Despite advances in the fight for equality, it’s a fact that racism and prejudice still exist in America. Institutional racism continues to limit access to quality housing and employment opportunities. Cultural racism and bigotry lead to negative stereotypes and discrimination of all kinds. Every day, people face deeply ingrained prejudice that impacts every aspect of their lives.
This impact extends to health and well-being. Racism causes trauma and stress that profoundly affect the health of people of color to such an extent that the CDC recently declared racism a serious public health threat. Not surprisingly, experiencing racism affects mental health, causing depression, anxiety, post-traumatic stress disorder (PTSD), and suicidal thoughts. It also negatively impacts physical health. Racist experiences appear to increase inflammation in Black people, raising their risk of developing chronic conditions such as heart disease and kidney disease, according to a 2019 study published in the journal, Psychoneuroendocrinology.
Not only does the stress of racism cause health problems, but once people from historically marginalized communities seek medical attention, they are faced with discrimination within our healthcare system, if they can access it at all. A 2012 study in Health Services Research found that predominantly Black zip codes were 67% more likely to have a shortage of primary care physicians (PCPs). In 2016, Congress set the Indian Health Service budget at $4.8 billion. Spread across the US population of 3.7 million American Indians and Alaska Natives, that's $1,297 per person. That compares to $6,973 per inmate in the federal prison system. For Black and Latina women, negative experiences with the healthcare system may prevent them from seeking medical attention when needed. And In New York City, Black women have the highest maternal mortality rate at 51 deaths per 100,000 live births, which is nearly three times that of Latina and Asian women and eight times that of white women.
This is simply unacceptable.
At One Drop, we take a stand against racism and prejudice not only because it’s the right thing to do, but because trauma that affects one of us, affects all of us. Nearly four in 10 Americans identify as a race other than white. It’s on all of us to make sure that 40% of our country has the same opportunities and access to healthcare, and that all of us can reach our full potential.
We believe that Black lives matter, that we must stop AAPI hate, and that we must condemn acts of prejudice and violence against all historically marginalized communities. To our members of color: we see you, we hear you, and we support you. We promise to join you in the fight until all people are free from the trauma of racism and prejudice.
How We’re Building an Anti-Racist Organization
We recognize that being anti-racist is a conscious, ongoing process.
There is no such thing as a minor act of racism. We know that implicit bias is real. We challenge ourselves to question assumptions, practice empathy, and check our privilege. Creating anti-racist health products and fostering anti-racism at an organizational level requires deliberate, continuous action that goes beyond just making public statements.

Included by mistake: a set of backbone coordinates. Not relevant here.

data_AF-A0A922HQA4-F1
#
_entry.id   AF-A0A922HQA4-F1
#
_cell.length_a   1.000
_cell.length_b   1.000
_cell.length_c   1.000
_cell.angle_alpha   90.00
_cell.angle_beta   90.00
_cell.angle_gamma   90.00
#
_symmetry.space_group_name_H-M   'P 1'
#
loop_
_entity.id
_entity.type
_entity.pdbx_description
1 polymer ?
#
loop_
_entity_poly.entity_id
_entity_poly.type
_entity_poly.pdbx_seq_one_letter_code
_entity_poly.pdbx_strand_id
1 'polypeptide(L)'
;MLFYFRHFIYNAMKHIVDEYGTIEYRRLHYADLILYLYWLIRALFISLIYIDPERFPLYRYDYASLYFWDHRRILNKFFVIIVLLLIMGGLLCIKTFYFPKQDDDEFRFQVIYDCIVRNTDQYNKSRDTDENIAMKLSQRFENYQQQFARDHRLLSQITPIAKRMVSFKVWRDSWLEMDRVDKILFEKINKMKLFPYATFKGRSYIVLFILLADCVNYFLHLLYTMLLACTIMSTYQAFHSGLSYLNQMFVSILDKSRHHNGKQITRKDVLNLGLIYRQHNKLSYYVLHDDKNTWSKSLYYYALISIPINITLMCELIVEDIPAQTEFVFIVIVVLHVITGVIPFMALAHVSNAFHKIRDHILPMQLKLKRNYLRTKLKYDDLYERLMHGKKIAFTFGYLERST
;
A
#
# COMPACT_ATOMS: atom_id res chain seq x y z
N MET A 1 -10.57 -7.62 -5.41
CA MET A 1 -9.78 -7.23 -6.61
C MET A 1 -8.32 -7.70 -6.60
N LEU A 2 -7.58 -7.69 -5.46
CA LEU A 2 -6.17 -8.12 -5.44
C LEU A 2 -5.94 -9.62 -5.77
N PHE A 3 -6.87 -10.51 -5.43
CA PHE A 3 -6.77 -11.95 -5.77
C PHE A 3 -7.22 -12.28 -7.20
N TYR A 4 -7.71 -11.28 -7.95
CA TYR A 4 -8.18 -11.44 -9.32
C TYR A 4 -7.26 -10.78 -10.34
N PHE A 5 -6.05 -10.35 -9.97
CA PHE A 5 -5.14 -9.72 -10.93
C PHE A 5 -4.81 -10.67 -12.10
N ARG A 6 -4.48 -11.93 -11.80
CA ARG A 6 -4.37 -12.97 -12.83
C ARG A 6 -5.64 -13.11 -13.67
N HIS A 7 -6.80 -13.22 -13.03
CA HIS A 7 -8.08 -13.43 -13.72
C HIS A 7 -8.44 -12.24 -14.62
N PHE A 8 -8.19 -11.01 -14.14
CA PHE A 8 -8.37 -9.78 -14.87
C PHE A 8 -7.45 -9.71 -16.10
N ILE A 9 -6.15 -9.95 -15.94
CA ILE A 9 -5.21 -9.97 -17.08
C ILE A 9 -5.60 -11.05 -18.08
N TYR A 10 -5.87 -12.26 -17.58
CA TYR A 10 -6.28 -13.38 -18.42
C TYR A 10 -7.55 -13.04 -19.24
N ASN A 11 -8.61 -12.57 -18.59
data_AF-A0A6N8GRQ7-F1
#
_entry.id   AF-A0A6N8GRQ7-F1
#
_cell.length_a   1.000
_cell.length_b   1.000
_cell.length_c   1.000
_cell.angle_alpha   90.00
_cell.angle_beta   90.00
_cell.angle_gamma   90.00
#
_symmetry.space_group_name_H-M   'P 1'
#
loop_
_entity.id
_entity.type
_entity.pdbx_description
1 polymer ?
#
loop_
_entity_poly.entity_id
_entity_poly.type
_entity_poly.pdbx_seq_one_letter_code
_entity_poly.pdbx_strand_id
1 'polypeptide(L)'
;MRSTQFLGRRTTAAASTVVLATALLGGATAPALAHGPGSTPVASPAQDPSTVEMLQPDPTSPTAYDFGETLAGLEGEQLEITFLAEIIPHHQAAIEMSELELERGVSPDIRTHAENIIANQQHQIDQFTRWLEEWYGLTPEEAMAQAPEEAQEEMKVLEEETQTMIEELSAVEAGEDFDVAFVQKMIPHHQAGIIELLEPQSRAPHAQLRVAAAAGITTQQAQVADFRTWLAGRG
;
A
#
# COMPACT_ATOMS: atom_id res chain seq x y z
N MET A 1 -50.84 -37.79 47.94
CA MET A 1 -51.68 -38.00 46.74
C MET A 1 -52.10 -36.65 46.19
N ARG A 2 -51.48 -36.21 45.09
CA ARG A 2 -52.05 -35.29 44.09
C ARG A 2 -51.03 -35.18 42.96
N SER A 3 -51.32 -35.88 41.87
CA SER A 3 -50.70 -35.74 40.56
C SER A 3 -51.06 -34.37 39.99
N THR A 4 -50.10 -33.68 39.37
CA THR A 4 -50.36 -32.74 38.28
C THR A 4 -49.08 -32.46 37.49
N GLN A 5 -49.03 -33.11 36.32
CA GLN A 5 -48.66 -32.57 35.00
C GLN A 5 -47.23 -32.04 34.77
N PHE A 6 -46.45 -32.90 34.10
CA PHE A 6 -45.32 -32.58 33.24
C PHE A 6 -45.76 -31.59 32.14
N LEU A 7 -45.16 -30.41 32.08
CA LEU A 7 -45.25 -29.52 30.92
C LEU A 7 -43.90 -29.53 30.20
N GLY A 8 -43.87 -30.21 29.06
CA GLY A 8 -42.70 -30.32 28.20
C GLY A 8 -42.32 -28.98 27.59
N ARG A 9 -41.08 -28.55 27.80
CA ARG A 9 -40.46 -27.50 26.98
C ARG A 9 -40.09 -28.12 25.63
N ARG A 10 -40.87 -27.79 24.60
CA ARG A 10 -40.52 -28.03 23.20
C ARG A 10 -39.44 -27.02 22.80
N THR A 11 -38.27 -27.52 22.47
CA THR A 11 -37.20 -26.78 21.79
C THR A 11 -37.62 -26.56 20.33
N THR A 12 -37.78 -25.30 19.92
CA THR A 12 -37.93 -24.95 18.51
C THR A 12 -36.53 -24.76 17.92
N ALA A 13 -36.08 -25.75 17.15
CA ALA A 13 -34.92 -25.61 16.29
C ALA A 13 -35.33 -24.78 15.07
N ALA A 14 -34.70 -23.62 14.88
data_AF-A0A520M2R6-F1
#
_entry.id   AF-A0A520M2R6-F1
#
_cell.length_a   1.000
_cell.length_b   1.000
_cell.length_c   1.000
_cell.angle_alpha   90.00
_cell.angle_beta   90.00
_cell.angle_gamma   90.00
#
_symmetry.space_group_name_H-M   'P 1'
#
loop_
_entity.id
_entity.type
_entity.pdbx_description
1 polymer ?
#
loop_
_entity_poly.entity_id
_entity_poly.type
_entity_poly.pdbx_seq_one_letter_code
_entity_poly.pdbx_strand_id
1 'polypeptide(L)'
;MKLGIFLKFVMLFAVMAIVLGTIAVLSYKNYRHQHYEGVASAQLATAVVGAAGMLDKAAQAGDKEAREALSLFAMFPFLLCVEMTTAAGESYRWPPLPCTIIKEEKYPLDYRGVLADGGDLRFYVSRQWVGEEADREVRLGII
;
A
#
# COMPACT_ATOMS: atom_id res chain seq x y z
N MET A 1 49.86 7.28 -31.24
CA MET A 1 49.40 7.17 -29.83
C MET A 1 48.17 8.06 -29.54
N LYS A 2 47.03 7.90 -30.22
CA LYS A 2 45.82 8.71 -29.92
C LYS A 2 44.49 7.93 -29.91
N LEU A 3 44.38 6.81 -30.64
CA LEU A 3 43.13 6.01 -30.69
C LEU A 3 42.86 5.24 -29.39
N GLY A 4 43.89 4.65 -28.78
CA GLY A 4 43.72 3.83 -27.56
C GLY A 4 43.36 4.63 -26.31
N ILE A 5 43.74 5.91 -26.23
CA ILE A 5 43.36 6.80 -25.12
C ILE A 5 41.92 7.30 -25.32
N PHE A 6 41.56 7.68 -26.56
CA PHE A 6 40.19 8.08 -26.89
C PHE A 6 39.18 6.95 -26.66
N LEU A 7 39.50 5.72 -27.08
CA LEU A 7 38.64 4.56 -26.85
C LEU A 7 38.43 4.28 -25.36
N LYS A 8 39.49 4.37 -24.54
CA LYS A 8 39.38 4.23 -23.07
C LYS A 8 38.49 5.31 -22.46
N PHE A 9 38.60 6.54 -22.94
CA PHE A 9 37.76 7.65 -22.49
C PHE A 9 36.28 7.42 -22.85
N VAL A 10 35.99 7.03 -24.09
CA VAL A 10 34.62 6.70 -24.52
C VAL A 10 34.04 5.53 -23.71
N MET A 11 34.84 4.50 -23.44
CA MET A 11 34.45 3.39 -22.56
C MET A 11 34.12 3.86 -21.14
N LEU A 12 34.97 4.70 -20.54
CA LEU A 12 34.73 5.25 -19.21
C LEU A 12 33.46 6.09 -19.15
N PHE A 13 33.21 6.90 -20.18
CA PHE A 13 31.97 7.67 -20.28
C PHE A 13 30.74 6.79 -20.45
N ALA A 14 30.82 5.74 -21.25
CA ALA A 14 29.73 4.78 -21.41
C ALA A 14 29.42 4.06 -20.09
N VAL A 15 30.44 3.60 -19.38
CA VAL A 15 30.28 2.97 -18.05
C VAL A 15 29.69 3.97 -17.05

We make precision health affordable and accessible to all.
People who struggle with access to healthcare stemming from long-standing racism and prejudice have an accessible resource in One Drop. We believe that every human should be able to access their own health data and understand how to act on it in order to lead a happier, healthier life. Our forthcoming continuous health sensing platform will cost a fraction of what a typical continuous glucose monitor costs. And our on-demand health coaching provides people with trauma-informed support that can help them take their health into their own hands.
We develop products with a culturally competent lens.
Cultural competence in healthcare means delivering services that meet the social, cultural, and linguistic needs of the people being served. One Drop personal health coaches undergo ongoing training to increase cultural awareness, knowledge, and skills, so that anyone who accesses our platform can be matched with someone who understands their unique perspective and background. From the language in our app to the broader strategy behind our product development, we strive to create a welcoming, equitable, and inclusive experience.
We prioritize cultural and ethnic diversity on our teams.
Our internal culture reflects the change we want to see in the world. In order to better serve people of color and minority groups, we intentionally recruit team members from a range of ethnic, socioeconomic, and geographic backgrounds. Our diversity, equity, and inclusion (DEI) program celebrates employees from historically marginalized communities and provides safe spaces where they can communicate about issues they face.
We support organizations and legislation that fight for racial justice.
We proudly contribute financially to organizations that are advancing critical anti-racism work such as the NAACP Legal Defense Fund and the Asian American Legal Defense and Education Fund. We also support legislation such as the Black Maternal Health Momnibus Act of 2021. By publicly taking a stand against racism and prejudice, we hope to encourage other individuals and organizations to join us. We’re all in this together.